The 2019 FIFA Women’s World Cup was seen by 14 million viewers in the USA on television, outperforming last year’s men’s World Cup final by more than 20 percent. Based on Hookit data, however, profiles for men’s World Cup teams and athletes saw upwards of 900% more interactions during their tournament in 2018 than the women’s teams and athletes saw during their tournament (776.8M interactions vs 76M interactions). Regardless, as the women’s tournament gained more viewers, so did the teams and their athletes who saw a rise in their social media interactions as the tournament progressed.
The top 5 teams that generated the most interactions between June 7th (the beginning of the tournament) and July 7th (the end of the tournament) were the USA, followed by Brazil, the Netherlands, England, and Italy. With the exception of Brazil, these teams were also the teams that posted the most during the tournament; Italy made the most posts of any team with a total of 1,076 posts during the tournament, 25% of which were video; England was next with 700 posts, 21% of which were video; the Netherlands followed closely behind with 665 posts, 23% of which were video; the US had 571 posts, 20% of which were video; finally, Germany came in with 565 posts, only 14% of which were video. Surprisingly, although Brazil ranked second in terms of interactions, they were second to last of any team with regard to number of posts – they only had 75. Brazil was likely able to secure its second-place slot as a result of their high follower count; with 995K followers, they beat out every other team by at least 470K followers, and the only other team that had more followers than Brazil was team USA with 4.0M followers. With this data, it is apparent that accounts foster more interactions by posting more and by having around 20% of their posts be videos.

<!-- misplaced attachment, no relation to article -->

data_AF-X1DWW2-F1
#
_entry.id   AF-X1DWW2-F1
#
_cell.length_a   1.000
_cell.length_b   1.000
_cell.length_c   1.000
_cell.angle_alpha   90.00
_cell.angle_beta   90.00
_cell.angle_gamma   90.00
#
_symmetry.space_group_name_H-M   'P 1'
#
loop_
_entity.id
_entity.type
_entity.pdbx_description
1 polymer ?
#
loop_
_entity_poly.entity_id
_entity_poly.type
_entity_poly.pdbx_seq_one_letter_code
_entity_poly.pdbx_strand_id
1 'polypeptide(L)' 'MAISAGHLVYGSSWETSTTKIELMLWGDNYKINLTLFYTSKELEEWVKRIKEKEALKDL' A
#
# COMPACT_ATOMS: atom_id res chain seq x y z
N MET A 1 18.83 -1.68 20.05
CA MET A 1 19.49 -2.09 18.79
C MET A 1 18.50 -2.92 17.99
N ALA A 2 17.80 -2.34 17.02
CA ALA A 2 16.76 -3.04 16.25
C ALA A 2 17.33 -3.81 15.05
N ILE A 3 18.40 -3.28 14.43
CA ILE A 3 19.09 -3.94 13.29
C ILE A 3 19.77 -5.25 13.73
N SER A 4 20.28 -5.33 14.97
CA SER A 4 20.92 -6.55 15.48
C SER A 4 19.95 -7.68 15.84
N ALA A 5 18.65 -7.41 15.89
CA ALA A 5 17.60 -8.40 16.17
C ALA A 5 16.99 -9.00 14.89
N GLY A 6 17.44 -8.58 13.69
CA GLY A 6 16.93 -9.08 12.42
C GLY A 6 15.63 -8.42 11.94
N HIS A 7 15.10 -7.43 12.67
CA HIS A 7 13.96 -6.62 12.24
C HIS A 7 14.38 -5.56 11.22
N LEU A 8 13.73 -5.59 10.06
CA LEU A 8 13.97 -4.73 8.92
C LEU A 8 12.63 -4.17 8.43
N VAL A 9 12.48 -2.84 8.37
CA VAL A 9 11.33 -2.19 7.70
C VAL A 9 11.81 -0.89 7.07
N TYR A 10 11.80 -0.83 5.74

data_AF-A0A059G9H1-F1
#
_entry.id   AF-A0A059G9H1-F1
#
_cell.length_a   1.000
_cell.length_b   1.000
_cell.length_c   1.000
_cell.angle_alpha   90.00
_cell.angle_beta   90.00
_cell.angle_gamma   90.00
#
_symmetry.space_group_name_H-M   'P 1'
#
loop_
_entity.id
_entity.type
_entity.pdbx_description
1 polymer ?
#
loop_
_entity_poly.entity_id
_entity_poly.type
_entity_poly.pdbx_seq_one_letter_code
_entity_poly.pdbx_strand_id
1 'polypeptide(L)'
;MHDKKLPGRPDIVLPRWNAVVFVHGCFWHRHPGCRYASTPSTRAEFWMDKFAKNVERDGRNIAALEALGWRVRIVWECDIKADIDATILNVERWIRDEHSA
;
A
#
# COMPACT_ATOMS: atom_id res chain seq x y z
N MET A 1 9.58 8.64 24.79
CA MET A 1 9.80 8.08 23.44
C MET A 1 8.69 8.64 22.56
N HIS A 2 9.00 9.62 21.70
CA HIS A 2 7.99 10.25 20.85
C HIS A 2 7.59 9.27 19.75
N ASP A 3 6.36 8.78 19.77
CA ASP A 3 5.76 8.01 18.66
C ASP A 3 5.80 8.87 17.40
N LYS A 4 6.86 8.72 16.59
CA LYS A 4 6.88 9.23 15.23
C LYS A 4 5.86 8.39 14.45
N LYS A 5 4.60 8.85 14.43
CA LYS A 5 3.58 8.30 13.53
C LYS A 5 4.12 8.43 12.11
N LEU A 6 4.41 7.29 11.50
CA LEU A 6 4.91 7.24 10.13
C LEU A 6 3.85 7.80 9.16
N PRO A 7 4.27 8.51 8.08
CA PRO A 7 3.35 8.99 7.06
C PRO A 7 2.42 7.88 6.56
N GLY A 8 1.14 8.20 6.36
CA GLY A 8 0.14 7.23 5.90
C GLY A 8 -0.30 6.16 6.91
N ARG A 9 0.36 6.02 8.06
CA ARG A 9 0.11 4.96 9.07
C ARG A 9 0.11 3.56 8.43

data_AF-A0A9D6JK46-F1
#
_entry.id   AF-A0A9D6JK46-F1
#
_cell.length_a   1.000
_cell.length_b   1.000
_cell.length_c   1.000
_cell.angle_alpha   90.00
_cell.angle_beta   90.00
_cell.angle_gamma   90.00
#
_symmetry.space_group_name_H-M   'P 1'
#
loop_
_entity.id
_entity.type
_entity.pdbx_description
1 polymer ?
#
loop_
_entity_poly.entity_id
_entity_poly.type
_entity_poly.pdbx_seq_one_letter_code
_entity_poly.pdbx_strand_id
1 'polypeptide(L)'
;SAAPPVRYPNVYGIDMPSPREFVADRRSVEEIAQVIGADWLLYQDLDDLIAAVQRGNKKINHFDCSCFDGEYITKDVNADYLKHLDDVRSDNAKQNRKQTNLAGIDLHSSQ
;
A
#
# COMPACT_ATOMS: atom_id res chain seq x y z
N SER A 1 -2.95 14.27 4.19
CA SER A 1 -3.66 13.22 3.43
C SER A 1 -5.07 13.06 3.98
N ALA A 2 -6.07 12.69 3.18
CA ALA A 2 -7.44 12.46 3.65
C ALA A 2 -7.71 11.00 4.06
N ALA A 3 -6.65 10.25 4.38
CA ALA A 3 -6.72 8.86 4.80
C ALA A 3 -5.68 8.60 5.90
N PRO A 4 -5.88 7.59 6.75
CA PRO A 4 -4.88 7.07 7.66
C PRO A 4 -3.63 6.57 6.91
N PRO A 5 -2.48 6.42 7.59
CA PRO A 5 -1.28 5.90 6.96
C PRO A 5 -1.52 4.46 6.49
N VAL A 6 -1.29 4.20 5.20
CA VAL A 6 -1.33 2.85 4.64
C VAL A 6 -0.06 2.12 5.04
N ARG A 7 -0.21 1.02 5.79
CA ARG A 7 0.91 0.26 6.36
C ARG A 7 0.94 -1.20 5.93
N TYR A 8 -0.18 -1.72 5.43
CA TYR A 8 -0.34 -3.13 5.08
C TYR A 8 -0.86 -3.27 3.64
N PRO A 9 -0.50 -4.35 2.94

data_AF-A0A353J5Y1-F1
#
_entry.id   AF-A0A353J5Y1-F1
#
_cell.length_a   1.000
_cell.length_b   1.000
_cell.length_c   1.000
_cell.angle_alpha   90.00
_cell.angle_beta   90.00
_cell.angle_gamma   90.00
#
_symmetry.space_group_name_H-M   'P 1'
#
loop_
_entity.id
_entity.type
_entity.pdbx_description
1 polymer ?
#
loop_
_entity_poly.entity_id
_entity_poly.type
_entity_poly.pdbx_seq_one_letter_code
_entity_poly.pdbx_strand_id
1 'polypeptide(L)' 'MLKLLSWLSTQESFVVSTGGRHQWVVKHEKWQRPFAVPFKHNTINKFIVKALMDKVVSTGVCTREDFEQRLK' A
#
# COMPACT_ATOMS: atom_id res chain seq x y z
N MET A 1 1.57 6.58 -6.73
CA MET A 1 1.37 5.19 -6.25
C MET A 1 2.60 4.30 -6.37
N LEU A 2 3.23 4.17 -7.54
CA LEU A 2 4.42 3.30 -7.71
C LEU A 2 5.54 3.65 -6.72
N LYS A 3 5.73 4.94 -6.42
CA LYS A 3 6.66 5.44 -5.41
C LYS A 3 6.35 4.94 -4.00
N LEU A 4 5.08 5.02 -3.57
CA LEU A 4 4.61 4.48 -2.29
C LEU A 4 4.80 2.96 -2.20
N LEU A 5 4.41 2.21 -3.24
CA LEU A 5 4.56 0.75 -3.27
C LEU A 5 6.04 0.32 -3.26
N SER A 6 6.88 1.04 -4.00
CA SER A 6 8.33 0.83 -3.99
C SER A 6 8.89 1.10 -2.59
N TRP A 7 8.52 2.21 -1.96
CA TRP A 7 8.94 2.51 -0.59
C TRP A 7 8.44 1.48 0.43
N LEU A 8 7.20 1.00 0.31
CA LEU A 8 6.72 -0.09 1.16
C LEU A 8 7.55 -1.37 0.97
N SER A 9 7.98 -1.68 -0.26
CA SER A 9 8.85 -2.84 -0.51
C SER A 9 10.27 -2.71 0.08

As the team with the most interactions, the US women follow suit by capturing an impressive number of interactions. Their three players with the most interactions during the World Cup were Alex Morgan with 16.5M interactions, followed by Megan Rapinoe with 5.2M interactions, and Ali Krieger with 1.3M interactions. These players also amassed a new following, with Morgan acquiring 2.2M new followers, Rapinoe receiving 981K new followers, and Krieger gaining an additional 172K followers. Compared to players on the other top 4 teams, Morgan and Rapinoe maintain their first- and second-place slots; Krieger is beaten out for third-place by two players from Brazil: Cristiane Rozeira de Souza and Marta Viera da Silva. Over the course of the tournament, Cristiane had almost 4M interactions and gained 757K new followers while Marta gathered 3.8M interactions and acquired 1.2M new followers – a new follower count that was second only to Alex Morgan. The players with the top interactions typically had posts not only of them playing their sport, but also of personal photos like a #throwbackthursday and various sponsored videos.
As more brands begin to give themselves a voice through avenues such as team and league sponsorships, there is a need to know the data behind their sponsorships and whether they are being effectively promoted by their partners. The right metrics and insights can help sponsor brands understand which of their sponsored properties are most effective and drive higher ROI. Sponsor brands can gain this competitive advantage by leveraging the Hookit platform to make effective sponsorship decisions and strategy.
Written by Hayley Pogue
Hayley is a rising senior and NCAA Div. 1 athlete at Bucknell University working towards a Bachelor of Science in Business Administration (BSBA) in Markets, Innovation, and Design. Her major deals with innovative product development, while her concentration in consumer analytics focuses on data’s role in the consumer experience. She has joined the Hookit team as a content marketing intern for the summer of 2019. To learn more about or connect with Hayley, please visit her LinkedIn.